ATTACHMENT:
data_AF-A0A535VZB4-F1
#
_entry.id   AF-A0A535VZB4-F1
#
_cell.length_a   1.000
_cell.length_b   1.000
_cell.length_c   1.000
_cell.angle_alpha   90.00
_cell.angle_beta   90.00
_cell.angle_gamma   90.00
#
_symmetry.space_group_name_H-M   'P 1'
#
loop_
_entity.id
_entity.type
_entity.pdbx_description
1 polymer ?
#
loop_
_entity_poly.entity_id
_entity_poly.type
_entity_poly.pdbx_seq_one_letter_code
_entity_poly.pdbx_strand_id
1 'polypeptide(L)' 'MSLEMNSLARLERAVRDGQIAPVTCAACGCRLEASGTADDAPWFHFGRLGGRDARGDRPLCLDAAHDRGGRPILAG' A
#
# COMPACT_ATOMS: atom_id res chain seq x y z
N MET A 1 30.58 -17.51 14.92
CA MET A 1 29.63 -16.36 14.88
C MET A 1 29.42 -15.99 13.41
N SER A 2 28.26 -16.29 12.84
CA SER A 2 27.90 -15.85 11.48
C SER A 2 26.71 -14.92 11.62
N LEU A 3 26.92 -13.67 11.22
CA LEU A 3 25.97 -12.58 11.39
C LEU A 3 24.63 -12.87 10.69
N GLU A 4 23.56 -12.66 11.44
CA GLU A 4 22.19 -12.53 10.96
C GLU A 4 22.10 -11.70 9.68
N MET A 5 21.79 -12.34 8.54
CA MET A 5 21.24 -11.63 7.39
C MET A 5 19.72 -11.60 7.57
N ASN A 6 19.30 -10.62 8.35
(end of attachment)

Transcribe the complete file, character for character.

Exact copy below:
data_AF-A0A535VZB4-F1
#
_entry.id   AF-A0A535VZB4-F1
#
_cell.length_a   1.000
_cell.length_b   1.000
_cell.length_c   1.000
_cell.angle_alpha   90.00
_cell.angle_beta   90.00
_cell.angle_gamma   90.00
#
_symmetry.space_group_name_H-M   'P 1'
#
loop_
_entity.id
_entity.type
_entity.pdbx_description
1 polymer ?
#
loop_
_entity_poly.entity_id
_entity_poly.type
_entity_poly.pdbx_seq_one_letter_code
_entity_poly.pdbx_strand_id
1 'polypeptide(L)' 'MSLEMNSLARLERAVRDGQIAPVTCAACGCRLEASGTADDAPWFHFGRLGGRDARGDRPLCLDAAHDRGGRPILAG' A
#
# COMPACT_ATOMS: atom_id res chain seq x y z
N MET A 1 30.58 -17.51 14.92
CA MET A 1 29.63 -16.36 14.88
C MET A 1 29.42 -15.99 13.41
N SER A 2 28.26 -16.29 12.84
CA SER A 2 27.90 -15.85 11.48
C SER A 2 26.71 -14.92 11.62
N LEU A 3 26.92 -13.67 11.22
CA LEU A 3 25.97 -12.58 11.39
C LEU A 3 24.63 -12.87 10.69
N GLU A 4 23.56 -12.66 11.44
CA GLU A 4 22.19 -12.53 10.96
C GLU A 4 22.10 -11.70 9.68
N MET A 5 21.79 -12.34 8.54
CA MET A 5 21.24 -11.63 7.39
C MET A 5 19.72 -11.60 7.57
N ASN A 6 19.30 -10.62 8.35